0 2472.688851 334.419350 231.162225 3038.270426
1 2399.284893 444.677340 248.645107 3092.607340
2 2684.456976 430.277801 252.578613 3367.313390
3 2478.390464 360.661703 291.989836 3131.042002
4 2513.324309 429.771020 252.866861 3195.962190
5 2501.390892 413.121444 243.717854 3158.230190
6 2554.433859 363.994333 226.672435 3145.100627
7 2530.369935 299.997467 239.663510 3070.030911
8 2635.681318 394.667441 241.502045 3271.850803
9 2596.457738 513.944623 229.362551 3339.764912
10 2455.017883 371.266360 283.637179 3109.921421
11 2427.449703 485.960065 276.488430 3189.898198

Houston Costs Per Annum Algorithm

The algorithm below calculates the annual cost of rent, food, and insurance to determine total cost per year. Rent, food, and insurance are set by random choice based on the distributions defined in the functions above.

I run the simulation 10,000 times which in theory corresponds to 10,000 random samples of annual costs. The point in doing this is to create a random normal distribution to define convidence intervals of my total annual costs.


years = 10000
year_counter = 0
#carbon_total_millions_metric_tons = 300000000
#total_tons_shipped = 0
total_price = 0
cycle_price_samples = np.zeros(shape=years)
cycle_rent_samples = np.zeros(shape=years)
cycle_food_samples = np.zeros(shape=years)
cycle_insurance_samples = np.zeros(shape=years)
annual_cost = 0


for year in range(years):
    # Define a New DataFrame. It should fall out of scope with each iteration 
    cost_of_living_df = pd.DataFrame()
    #random choice of rent 
    cost_of_living_df['rent']= choice(rent_distribution,12)
    #random choice of food
    cost_of_living_df['food'] = choice(food_distribution, 12)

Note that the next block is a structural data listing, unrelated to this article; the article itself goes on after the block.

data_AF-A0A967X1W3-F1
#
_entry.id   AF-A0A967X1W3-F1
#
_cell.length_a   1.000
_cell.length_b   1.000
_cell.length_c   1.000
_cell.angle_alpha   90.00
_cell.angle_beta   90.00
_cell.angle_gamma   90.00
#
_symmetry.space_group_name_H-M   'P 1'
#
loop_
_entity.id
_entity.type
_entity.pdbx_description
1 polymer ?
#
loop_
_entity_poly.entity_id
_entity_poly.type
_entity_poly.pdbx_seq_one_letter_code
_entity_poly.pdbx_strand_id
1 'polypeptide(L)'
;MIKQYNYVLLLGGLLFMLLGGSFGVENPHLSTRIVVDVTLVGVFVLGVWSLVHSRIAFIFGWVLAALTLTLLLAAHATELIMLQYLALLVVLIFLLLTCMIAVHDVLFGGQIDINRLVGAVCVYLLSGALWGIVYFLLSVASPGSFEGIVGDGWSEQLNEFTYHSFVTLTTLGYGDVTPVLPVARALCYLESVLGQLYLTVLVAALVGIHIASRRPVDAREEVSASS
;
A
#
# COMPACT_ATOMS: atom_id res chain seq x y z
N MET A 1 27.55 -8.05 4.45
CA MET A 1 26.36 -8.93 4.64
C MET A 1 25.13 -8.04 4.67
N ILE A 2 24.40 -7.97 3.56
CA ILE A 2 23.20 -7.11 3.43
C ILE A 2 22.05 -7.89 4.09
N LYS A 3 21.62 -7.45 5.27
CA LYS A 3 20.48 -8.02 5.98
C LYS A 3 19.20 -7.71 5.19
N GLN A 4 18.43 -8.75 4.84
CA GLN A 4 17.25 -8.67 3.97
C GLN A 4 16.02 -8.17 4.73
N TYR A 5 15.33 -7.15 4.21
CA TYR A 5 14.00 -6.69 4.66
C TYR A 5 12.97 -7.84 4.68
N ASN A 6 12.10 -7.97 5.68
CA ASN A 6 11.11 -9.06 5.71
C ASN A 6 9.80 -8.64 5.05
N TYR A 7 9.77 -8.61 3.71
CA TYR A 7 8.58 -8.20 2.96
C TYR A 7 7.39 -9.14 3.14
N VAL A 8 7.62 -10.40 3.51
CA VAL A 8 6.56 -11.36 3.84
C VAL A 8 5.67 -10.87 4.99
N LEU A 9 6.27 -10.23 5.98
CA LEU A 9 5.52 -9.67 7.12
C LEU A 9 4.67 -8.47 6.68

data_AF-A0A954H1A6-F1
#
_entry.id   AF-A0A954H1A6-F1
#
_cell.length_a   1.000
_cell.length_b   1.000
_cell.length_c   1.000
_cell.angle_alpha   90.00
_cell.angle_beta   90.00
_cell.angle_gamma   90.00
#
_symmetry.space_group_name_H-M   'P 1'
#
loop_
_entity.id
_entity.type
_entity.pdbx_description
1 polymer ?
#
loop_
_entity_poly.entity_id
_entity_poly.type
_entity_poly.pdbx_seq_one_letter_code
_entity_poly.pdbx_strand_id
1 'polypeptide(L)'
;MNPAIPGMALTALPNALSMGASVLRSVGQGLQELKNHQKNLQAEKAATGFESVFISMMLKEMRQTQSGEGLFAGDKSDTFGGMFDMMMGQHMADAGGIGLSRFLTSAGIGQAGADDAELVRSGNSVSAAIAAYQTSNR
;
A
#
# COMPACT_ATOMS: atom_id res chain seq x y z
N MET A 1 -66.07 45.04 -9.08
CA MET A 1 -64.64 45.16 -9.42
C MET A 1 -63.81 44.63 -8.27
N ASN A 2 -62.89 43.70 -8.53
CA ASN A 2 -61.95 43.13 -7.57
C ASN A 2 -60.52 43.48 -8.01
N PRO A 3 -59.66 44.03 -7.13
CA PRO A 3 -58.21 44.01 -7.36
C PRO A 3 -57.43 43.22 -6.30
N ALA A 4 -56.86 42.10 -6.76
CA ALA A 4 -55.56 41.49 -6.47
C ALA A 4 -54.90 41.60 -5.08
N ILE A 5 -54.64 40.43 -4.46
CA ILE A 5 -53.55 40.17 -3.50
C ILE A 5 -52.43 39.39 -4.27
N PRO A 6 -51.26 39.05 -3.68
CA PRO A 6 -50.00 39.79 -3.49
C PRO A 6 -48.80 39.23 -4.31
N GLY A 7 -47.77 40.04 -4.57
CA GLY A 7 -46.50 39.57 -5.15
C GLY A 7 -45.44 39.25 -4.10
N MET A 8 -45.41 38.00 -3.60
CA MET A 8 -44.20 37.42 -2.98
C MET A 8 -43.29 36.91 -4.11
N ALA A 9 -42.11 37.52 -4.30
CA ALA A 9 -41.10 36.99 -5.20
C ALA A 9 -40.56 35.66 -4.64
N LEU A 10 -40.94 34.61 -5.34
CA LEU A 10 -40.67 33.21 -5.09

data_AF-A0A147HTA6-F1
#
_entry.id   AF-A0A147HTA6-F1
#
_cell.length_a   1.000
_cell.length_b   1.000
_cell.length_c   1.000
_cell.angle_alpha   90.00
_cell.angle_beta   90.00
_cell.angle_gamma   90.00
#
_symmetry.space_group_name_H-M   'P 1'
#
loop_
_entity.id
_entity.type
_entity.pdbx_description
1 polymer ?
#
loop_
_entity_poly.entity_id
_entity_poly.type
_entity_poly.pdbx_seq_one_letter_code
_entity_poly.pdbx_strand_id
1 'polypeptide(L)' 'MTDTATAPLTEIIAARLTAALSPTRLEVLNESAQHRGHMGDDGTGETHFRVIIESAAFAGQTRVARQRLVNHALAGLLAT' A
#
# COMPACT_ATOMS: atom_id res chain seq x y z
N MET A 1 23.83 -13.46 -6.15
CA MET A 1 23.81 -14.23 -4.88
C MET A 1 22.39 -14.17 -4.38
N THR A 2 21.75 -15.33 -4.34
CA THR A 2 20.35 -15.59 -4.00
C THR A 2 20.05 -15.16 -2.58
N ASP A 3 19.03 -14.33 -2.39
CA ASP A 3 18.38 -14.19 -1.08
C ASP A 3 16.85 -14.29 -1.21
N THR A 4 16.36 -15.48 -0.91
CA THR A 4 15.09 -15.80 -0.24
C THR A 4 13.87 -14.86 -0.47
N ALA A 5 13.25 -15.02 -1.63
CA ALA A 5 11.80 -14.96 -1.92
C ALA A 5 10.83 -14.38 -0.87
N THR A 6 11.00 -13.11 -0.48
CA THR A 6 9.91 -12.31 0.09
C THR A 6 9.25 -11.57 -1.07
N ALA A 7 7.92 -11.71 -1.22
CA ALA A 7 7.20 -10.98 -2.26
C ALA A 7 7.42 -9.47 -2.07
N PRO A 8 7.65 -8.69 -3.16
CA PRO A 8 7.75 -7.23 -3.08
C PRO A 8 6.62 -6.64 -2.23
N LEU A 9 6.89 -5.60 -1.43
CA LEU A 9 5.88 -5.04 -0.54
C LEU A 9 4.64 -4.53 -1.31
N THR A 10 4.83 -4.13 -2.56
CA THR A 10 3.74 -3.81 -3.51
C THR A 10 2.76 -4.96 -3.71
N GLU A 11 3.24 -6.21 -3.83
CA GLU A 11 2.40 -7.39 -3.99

#random Choice of Insurance
    cost_of_living_df['insurance'] = choice(insurance_distribution, 12)
    #Random Choice of total annual cost
    cost_of_living_df['monthly_cost'] = cost_of_living_df.rent + cost_of_living_df.food + cost_of_living_df.insurance
    # must use apply to account for multiple 0 conditions.  If i simply vectorized the function across the dataframe in a single call i would assign the the same values each day 
    #calculate cost per day for fun...
    # query all that are = o.  Summate the capacities deduct the total 
    annual_cost = cost_of_living_df['monthly_cost'].sum()
    annual_rent = cost_of_living_df.rent.sum()
    annual_food = cost_of_living_df.food.sum()
    annual_insurance = cost_of_living_df.insurance.sum()
    cycle_price_samples[year] = annual_cost
    cycle_food_samples[year] = annual_food
    cycle_insurance_samples[year] = annual_insurance
    cycle_rent_samples[year] = annual_rent
    #print(carbon_total_millions_metric_tons)
    year_counter = year_counter+1

Houston Prediction Df

prediction_df = pd.DataFrame()
prediction_df['rent'] = cycle_rent_samples
prediction_df['food'] = cycle_food_samples
prediction_df['insurance'] = cycle_insurance_samples
prediction_df['total'] = cycle_price_samples
prediction_df.describe()

rent food insurance total
count 10000.000000 10000.000000 10000.000000 10000.000000
mean 30003.016272 4800.864106 2997.910667 37801.791045